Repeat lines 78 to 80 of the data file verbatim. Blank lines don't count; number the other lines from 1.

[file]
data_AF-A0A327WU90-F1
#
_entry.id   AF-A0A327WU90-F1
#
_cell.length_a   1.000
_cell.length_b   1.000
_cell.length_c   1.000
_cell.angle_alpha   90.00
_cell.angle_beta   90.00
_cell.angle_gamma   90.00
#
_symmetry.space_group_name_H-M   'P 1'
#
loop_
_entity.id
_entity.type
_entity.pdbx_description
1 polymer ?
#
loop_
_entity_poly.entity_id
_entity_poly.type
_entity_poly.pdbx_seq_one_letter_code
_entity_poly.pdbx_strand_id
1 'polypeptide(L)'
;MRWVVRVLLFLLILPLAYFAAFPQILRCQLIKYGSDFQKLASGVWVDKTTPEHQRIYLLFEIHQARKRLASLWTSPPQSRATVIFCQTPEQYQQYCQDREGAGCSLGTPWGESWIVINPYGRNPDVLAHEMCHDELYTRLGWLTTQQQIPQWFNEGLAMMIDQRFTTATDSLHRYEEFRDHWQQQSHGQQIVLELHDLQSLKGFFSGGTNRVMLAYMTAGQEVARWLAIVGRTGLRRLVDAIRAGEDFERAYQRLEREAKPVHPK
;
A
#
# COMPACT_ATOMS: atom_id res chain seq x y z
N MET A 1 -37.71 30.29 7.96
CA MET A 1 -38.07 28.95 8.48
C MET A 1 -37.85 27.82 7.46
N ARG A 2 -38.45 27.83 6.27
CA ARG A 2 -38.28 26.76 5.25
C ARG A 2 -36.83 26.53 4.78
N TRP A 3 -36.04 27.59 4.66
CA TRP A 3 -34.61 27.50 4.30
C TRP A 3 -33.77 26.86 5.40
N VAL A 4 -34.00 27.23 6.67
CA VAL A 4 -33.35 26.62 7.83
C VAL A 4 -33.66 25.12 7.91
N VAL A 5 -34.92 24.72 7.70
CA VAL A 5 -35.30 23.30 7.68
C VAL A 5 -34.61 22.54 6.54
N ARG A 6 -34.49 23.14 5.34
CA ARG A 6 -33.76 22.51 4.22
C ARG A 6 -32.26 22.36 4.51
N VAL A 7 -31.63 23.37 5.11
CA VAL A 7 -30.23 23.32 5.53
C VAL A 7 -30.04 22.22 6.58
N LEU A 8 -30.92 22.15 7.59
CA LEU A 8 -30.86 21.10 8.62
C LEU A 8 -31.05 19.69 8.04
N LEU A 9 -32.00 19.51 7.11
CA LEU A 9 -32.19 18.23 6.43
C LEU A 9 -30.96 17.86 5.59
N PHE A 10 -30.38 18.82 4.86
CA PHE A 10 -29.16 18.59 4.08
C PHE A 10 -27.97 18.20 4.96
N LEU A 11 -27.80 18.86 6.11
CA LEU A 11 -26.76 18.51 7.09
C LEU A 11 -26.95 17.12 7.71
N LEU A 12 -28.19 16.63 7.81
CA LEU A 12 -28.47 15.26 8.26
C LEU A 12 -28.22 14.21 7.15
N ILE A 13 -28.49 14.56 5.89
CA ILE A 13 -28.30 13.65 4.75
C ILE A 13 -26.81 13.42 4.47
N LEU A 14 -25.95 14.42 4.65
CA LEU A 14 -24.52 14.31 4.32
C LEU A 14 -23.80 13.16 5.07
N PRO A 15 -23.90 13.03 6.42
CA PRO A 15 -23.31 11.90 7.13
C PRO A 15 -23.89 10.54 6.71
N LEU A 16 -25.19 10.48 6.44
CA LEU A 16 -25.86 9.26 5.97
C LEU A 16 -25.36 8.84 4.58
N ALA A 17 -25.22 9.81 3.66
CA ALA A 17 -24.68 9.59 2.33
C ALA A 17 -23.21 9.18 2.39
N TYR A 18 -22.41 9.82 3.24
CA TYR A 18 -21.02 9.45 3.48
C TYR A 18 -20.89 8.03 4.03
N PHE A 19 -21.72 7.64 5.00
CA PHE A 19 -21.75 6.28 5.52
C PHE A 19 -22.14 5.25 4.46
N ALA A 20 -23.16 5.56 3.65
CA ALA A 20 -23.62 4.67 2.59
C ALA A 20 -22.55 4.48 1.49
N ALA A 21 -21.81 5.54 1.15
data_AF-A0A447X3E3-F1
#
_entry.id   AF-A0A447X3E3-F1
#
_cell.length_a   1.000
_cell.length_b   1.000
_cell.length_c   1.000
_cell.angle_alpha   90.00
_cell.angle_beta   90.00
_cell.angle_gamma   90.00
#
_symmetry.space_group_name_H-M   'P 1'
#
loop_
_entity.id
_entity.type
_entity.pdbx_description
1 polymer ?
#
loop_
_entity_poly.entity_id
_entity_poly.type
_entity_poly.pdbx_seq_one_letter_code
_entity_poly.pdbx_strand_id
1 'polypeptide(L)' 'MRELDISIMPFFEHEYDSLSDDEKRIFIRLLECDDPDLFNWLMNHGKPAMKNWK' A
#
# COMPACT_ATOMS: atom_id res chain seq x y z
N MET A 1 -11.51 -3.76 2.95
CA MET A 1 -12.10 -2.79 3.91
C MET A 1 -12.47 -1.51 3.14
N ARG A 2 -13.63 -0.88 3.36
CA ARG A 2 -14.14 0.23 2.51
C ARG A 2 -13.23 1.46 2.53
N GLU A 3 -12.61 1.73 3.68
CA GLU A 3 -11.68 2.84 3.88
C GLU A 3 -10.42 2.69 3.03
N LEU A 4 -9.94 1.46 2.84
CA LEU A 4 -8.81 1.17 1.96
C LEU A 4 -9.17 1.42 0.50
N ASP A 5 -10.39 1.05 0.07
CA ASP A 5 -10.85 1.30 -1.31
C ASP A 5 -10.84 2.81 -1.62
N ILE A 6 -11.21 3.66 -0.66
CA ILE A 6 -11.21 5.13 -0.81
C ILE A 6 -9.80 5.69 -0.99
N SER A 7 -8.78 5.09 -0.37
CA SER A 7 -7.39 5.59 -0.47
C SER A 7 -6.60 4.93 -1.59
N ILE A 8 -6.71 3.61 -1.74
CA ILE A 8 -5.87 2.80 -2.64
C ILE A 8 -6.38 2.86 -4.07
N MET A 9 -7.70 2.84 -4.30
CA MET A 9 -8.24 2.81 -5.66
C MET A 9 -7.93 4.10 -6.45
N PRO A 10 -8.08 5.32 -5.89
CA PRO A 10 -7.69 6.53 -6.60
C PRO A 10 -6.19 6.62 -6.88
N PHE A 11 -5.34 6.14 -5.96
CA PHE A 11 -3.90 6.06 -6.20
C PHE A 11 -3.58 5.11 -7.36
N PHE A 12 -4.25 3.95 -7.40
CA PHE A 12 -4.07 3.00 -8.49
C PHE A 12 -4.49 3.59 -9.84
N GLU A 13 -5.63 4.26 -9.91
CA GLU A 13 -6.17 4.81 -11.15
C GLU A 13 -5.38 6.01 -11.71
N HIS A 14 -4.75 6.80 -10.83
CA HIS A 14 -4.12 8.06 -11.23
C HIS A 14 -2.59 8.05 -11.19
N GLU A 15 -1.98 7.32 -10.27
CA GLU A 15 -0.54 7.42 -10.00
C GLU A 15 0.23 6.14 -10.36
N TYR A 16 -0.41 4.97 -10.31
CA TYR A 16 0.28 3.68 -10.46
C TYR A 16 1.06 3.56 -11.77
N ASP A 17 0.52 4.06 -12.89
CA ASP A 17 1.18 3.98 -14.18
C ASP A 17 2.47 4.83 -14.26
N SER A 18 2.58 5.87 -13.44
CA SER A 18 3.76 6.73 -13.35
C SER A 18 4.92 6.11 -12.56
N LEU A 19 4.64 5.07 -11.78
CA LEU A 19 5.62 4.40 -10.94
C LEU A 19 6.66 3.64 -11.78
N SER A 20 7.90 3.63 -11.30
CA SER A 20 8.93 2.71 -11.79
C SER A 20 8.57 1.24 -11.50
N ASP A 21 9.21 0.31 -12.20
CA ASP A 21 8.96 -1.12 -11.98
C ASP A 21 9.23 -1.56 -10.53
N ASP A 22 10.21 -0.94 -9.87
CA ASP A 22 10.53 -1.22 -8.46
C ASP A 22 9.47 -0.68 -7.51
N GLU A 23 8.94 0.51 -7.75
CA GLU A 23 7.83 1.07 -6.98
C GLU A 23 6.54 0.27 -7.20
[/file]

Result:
C LEU A 16 -25.36 8.84 4.58
N ALA A 17 -25.22 9.81 3.66
CA ALA A 17 -24.68 9.59 2.33